Why you should be absolutely stoked for laptops in 2015

laptops 2015 preview

A few years ago, some proclaimed PC gaming was dying out to consoles. The same was said about laptops following the advent of tablets. And yet, 2015 is shaping up to be the one of the most exciting years for all computers from Macs and desktop PCs to Windows laptops and Chromebooks alike.

The year has started already kicked off with a massive bang, thanks to a bevy of thinner and lighter laptops announced at CES 2015. Even some gaming laptops are following this new slimming trend as evidenced by the new 1.4-inch thin Alienware 15 and 17, all without sparing an ounce of performance. If anything, Nvidia's latest Maxwell mobile GPUs have elevated mobile gaming rigs even closer to their desktop counterparts. (Within 70% of their desktop counterparts, Nvidia claims.)

Beyond Windows machines, Chromebooks have moved on up to the affordable 15-inch multimedia machines. All the while, rumors suggest an even thinner Retina MacBook Air is on the horizon. And that's just what's been revealed in the first half of January. There's even more good news for laptop and PC users to come.

Lenovo LaVie Z

Unbelievably thin

The ever-shrinking diode

Intel's long awaited 14-nanometer Broadwell-U processor is finally here and it has brought with it a whole new class of thin and light laptops. The recently announced Dell XPS 13 is an amazing feat of engineering that puts a 13-inch QHD (2560 x 1440) screen into the body of an 11-inch laptop. All while Dell's new machine is even smaller than the incredibly miniscule MacBook Air. Likewise, the Lenovo (with a huge helping hand from NEC) has created the Lenovo LaVie Z, a laptop that weighs little more than an iPad.

Beyond Ultrabooks, Intel has bold plans for Broadwell-U. The Verge reports we'll see new 14nm processors across Intel's entire line, including Celeron, Pentium, the Core i series, as well as updated Core M chips.

The size of the new 14nm transistors has been nearly halved, compared to 22nm silicon found in Haswell chips, making them more efficient in both power draw and heat emission. When it comes to real life applications, Intel claims Broadwell-U can power a laptop through an additional 90 minutes of video playback, according to AnandTech.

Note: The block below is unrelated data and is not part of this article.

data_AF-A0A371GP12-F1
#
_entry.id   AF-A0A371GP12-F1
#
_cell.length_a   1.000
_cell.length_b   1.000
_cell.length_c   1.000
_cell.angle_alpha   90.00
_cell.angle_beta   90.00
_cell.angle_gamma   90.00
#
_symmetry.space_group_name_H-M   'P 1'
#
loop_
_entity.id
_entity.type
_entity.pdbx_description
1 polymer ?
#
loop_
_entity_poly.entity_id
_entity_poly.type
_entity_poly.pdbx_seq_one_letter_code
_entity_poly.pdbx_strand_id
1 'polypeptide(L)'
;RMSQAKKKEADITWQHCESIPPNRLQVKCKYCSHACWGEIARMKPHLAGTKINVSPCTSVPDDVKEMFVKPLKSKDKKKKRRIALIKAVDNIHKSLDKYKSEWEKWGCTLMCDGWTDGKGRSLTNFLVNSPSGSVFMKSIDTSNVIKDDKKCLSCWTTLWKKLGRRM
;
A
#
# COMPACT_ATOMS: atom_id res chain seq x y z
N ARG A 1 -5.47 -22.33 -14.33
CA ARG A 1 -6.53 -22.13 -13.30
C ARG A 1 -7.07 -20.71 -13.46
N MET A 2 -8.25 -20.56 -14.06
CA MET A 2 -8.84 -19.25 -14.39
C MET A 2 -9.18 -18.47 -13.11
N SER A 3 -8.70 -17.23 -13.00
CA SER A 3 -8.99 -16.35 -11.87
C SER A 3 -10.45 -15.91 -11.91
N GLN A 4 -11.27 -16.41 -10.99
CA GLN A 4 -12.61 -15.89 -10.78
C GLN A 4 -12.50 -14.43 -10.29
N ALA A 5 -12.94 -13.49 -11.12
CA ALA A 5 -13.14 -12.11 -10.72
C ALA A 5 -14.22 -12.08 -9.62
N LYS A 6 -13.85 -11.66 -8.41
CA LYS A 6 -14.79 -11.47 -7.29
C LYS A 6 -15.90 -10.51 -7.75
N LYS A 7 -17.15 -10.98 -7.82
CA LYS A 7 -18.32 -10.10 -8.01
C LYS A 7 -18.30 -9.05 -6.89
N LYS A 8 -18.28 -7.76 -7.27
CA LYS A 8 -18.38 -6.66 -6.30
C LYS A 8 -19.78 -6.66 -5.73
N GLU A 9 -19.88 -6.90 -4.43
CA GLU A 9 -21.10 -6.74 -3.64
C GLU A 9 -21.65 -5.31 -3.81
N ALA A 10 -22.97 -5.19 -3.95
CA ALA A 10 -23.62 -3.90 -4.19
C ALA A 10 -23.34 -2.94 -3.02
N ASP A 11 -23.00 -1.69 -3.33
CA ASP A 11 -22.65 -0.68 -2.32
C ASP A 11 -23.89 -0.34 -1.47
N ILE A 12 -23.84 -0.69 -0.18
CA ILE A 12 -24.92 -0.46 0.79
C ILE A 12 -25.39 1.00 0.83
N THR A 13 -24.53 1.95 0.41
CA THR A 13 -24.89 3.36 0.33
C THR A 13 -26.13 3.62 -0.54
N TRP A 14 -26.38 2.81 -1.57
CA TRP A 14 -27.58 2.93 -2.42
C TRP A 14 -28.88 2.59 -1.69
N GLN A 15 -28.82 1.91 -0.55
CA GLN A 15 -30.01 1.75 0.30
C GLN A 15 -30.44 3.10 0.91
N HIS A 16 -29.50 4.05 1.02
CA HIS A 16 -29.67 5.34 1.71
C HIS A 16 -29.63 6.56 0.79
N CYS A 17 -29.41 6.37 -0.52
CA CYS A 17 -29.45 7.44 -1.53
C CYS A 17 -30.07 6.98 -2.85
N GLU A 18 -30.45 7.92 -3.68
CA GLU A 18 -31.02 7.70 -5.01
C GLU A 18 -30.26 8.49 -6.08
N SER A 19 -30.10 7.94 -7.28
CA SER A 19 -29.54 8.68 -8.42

Asus ROG G8

Desktop computers have become incredibly compact

Fishing in the Skylake

Looking even further into the future, Intel's next CPU architecture, Skylake, is expected to come within the second half of 2015. Like Broadwell-U, Intel's 6th generation Core architecture will follow the same 14nm production process.

Aside from the performance increases in battery life and power efficiency, Skylake also promises to bring some new cord cutting features, like wireless charging. What's more, PC World reports Skylake will also be able to push data and display signals wirelessly over WiGig (think wireless gigabit). This standard is supposedly 10 times faster than the wireless direct, or WiDi, standard primarily found in connected printers. Potentially, WiGig could remove the need for dangling HDMI and USB cables.

Skylake could also be an even bigger to desktops, as Intel's Kirk Skaugen relayed to TechRadar, Skylake will present a "significant increase in performance, in battery life, in power efficiency."

The smaller transistor design is also expected to run even cooler than Haswell parts, making it an easy shoe-in for smaller systems, namely Steam Machines. In the last few years, Haswell has helped smaller PCs become the norm from micro-ATX cube computers to tinsey mini-ITX towers.

Broadwell, as well as Skylake, will help proliferate the idea of small computers even further. But make no mistake: full tower cases still have their place in the world for liquid-cooling enthusiasts and users who require dozens of hard drives.

Kevin Lee

Kevin Lee was a former computing reporter at TechRadar. Kevin is now the SEO Updates Editor at IGN based in New York. He handles all of the best of tech buying guides while also dipping his hand in the entertainment and games evergreen content. Kevin has over eight years of experience in the tech and games publications with previous bylines at Polygon, PC World, and more. Outside of work, Kevin is major movie buff of cult and bad films. He also regularly plays flight & space sim and racing games. IRL he's a fan of archery, axe throwing, and board games.